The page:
The first state in the nation to institute a police bill of rights now also holds the distinction of being the first to repeal it. Passed into law in 1974, the legislation afforded Maryland cops the right to appeal disciplinary measures to a local board despite a city’s ruling. The bill striking down that law was passed in April 2021 and allows for more accountability and transparency by giving civilians a role in both charging committees and a board that will review misconduct complaints.
Other significant changes include doing away with the “reasonableness” standard for use of force in favor of a stricter range requiring force to be “necessary and proportional.” Certain no-knock warrants are to be executed only between 8 a.m. and 7 p.m. and will require approval by the State Attorney except in “exigent circumstances.”
The changes are intended to prevent police killings in circumstances such as those of George Floyd, Breonna Taylor, and many others in recent years. Failing that, the reforms also provide for prison sentences of ten years for cops who exceed the new use of force policy.
Republican Gov. Larry Hogan vetoed the bills when they initially passed in the state’s Democrat-majority legislatures, stating that they would “undermine the goal that I believe we share of building transparent, accountable, and effective law enforcement institutions and instead further erode police morale, community relationships, and public confidence.”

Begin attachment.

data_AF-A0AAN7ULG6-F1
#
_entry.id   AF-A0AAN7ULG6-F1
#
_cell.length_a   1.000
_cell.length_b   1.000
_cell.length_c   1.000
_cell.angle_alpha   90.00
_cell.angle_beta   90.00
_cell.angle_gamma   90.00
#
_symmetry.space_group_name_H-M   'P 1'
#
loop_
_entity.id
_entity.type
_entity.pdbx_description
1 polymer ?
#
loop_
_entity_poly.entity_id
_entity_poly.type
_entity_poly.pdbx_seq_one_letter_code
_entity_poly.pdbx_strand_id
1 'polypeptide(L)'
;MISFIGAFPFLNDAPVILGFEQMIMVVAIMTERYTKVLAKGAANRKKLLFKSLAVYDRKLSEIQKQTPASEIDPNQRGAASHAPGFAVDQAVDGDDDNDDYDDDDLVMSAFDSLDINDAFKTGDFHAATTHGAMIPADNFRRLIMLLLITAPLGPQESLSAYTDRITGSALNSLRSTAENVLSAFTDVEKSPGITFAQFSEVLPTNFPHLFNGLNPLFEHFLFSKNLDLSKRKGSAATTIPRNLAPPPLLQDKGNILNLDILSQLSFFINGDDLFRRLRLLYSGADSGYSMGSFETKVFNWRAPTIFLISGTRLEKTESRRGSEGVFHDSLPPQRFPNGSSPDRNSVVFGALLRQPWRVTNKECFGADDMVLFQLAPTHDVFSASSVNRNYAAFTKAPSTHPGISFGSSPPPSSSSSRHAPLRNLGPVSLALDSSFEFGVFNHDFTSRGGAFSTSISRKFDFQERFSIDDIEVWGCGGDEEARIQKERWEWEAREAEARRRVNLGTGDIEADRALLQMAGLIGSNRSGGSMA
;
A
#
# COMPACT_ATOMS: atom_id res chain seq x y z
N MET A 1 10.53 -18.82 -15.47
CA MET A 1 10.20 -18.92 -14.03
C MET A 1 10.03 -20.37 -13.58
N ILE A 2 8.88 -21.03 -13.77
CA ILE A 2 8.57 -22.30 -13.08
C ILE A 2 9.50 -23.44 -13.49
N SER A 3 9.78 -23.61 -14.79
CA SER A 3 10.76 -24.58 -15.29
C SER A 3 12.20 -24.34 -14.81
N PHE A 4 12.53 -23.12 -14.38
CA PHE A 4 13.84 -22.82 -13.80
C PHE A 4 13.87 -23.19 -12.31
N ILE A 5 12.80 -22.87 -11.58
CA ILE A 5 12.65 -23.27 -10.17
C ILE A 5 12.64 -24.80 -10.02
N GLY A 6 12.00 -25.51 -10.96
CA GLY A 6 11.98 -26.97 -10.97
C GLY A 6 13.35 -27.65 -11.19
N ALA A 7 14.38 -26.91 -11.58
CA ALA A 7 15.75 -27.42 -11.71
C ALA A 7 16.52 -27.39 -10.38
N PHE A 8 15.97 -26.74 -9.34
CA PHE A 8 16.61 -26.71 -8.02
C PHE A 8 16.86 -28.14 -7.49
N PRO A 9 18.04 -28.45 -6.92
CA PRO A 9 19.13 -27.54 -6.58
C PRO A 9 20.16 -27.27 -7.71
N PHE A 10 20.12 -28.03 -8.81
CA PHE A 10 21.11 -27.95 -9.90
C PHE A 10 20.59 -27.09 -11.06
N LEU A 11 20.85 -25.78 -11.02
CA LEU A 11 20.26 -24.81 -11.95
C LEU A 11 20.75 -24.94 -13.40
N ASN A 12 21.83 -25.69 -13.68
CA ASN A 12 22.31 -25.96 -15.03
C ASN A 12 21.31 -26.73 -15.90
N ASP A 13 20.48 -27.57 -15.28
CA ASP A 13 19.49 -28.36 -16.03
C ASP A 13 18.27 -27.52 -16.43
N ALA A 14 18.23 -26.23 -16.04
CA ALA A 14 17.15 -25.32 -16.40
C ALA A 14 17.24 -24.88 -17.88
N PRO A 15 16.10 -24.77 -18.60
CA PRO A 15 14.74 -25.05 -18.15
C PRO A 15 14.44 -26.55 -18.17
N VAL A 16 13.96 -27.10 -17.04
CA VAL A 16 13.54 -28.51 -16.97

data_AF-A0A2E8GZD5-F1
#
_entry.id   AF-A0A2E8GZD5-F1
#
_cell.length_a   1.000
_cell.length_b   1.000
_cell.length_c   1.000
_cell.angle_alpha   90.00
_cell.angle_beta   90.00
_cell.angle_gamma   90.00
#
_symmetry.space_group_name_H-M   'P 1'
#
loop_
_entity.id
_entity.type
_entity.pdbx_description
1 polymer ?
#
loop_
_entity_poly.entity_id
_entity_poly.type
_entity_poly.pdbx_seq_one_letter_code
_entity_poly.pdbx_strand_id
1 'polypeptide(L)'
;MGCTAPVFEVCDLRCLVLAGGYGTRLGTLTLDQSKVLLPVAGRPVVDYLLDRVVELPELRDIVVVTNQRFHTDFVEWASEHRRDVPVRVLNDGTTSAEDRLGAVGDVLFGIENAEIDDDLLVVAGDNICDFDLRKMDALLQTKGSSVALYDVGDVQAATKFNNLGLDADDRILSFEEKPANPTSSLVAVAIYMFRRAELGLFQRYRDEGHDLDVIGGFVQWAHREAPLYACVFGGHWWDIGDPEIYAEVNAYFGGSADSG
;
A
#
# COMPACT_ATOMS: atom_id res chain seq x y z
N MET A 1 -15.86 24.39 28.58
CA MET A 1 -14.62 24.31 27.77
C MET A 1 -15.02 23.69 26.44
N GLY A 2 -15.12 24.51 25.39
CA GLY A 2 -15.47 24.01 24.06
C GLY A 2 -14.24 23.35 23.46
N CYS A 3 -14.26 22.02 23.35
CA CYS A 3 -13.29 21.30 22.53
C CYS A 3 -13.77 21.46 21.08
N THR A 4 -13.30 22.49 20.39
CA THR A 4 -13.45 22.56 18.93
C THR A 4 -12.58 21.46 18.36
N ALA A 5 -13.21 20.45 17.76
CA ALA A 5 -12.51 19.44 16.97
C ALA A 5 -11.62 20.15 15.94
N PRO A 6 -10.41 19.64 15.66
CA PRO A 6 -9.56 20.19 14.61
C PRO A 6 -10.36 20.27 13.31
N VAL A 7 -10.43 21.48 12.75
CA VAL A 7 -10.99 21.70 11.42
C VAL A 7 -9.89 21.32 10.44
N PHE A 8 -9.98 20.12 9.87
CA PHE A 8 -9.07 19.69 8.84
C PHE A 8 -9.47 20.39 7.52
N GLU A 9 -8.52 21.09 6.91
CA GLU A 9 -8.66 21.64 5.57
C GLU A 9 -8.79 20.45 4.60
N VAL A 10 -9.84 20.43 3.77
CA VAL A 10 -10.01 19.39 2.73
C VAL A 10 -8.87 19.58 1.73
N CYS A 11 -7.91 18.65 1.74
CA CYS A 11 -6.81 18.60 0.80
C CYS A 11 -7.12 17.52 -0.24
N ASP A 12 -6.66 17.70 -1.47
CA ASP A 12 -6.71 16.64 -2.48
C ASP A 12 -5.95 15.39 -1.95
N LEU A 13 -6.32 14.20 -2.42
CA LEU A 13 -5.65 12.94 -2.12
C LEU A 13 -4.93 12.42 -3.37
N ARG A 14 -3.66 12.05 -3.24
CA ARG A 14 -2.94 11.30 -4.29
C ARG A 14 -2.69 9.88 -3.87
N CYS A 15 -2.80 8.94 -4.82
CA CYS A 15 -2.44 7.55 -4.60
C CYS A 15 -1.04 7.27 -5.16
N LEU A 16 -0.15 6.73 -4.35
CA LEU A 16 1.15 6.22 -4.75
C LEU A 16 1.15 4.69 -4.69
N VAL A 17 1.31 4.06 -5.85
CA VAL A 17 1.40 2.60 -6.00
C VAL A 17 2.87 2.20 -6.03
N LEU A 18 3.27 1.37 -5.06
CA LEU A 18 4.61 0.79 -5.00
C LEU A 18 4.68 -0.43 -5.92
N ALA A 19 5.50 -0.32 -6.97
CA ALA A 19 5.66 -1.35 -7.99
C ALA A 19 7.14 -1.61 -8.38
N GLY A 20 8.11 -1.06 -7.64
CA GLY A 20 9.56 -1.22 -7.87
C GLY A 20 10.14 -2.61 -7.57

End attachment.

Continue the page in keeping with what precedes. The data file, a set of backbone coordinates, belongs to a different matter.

Maryland’s legislature overrode Gov. Hogan’s vetoes the next day, passing the most significant police reform package the U.S. has seen since nationwide protests erupted after Floyd’s murder in May 2020. Prior to the historic vote, State Delegate Vanessa Atterbeary tweeted that the governor’s actions showed he did not have the interests of communities of color in mind: “He is telling Black Marylanders that systemic racism in policing doesn’t exist here. SHAME ON HIM.”
During the legislative session, some Black delegates read out loud the names of victims of police violence in Maryland. The ensuing vote to enact the reforms over Gov. Hogan’s objections drew criticism from law enforcement organizations.
“The reality is they have reinvented policing in the state of Maryland,” said Angelo Consoli, a spokesman for the state’s Fraternal Order of Police. “There’s reform, and this went beyond reform.”
The new laws did feature some policies supported by law enforcement, including the right to have second jobs and partake in political activity off-duty. They also established financial assistance for cops going to college, added protections for whistleblowers, waived prior marijuana use as a barrier to service.
Another notable measure is that all police who deal with civilians on a regular basis will be required to use body cameras by 2025. They will also not be allowed to stop individuals from filming them, provided the person is doing so “lawfully and safely.”
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